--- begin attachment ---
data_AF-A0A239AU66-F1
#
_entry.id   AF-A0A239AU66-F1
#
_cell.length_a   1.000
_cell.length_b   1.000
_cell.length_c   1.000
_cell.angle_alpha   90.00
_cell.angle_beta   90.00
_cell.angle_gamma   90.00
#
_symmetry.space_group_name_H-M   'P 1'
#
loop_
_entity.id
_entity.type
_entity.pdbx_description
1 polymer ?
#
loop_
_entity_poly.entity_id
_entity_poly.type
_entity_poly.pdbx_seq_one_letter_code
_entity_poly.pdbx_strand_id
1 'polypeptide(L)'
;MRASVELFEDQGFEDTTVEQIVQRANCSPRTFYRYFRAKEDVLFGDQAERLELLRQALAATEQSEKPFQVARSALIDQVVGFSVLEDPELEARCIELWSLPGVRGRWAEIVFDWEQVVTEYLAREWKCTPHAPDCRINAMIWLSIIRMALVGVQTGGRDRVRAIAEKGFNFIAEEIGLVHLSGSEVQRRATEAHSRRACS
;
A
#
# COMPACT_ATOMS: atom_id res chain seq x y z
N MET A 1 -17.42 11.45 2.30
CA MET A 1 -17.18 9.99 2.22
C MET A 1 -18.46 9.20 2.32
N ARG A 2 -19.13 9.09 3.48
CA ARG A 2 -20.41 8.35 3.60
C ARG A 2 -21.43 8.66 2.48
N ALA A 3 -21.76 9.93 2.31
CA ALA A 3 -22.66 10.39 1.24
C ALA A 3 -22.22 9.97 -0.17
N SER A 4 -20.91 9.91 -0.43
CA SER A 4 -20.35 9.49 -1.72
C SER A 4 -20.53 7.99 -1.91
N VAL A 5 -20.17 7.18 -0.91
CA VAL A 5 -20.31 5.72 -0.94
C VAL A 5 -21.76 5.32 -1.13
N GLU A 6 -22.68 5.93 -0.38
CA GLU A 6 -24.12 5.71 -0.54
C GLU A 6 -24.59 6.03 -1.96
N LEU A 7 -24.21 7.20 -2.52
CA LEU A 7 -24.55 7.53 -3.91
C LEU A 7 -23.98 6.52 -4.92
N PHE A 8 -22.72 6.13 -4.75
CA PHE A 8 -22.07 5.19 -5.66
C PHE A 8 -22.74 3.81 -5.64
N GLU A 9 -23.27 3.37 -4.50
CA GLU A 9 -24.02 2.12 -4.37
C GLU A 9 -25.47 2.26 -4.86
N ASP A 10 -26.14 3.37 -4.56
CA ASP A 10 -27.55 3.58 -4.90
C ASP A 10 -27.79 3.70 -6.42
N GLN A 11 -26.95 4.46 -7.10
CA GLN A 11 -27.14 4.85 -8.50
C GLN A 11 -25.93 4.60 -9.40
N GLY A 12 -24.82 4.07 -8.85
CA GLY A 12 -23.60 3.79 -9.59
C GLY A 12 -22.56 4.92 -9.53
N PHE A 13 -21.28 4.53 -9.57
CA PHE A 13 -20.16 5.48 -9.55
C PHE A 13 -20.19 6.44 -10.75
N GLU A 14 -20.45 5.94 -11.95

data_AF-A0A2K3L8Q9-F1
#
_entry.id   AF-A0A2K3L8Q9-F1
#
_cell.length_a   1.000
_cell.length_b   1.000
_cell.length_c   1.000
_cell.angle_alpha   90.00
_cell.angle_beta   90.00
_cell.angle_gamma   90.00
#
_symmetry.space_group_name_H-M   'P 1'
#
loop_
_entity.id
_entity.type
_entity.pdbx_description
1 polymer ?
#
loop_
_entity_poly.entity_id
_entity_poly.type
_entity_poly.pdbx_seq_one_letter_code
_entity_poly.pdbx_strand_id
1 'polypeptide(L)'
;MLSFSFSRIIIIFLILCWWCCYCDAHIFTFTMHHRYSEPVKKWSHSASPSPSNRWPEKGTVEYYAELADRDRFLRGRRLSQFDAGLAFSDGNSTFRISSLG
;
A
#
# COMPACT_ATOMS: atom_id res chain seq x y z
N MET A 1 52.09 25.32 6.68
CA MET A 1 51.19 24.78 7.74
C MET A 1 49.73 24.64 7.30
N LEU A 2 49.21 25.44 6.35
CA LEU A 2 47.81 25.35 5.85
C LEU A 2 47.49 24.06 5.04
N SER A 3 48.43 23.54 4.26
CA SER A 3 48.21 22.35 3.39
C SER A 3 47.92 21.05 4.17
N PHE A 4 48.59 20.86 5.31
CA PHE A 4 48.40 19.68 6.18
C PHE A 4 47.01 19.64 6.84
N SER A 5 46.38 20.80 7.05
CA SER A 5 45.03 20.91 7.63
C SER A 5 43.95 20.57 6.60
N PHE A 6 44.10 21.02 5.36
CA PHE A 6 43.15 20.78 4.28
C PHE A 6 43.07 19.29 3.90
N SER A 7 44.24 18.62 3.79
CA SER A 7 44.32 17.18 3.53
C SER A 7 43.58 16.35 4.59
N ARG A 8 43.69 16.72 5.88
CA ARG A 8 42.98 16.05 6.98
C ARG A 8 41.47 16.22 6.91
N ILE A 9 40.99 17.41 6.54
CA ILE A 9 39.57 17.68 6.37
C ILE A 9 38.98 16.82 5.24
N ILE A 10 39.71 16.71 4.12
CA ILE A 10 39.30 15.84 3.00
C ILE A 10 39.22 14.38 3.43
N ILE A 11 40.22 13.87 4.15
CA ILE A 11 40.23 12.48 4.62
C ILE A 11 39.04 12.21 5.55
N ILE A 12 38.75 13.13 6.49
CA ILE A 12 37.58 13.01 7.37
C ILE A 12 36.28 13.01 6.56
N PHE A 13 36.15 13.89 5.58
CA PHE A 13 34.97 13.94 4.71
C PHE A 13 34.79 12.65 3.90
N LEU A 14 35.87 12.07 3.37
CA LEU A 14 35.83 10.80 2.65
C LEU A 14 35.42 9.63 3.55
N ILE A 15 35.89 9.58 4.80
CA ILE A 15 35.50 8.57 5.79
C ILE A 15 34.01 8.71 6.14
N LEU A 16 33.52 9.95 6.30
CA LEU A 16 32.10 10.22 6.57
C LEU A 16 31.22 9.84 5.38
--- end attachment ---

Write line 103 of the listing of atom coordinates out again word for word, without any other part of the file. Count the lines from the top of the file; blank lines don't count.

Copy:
C MET A 1 49.73 24.64 7.30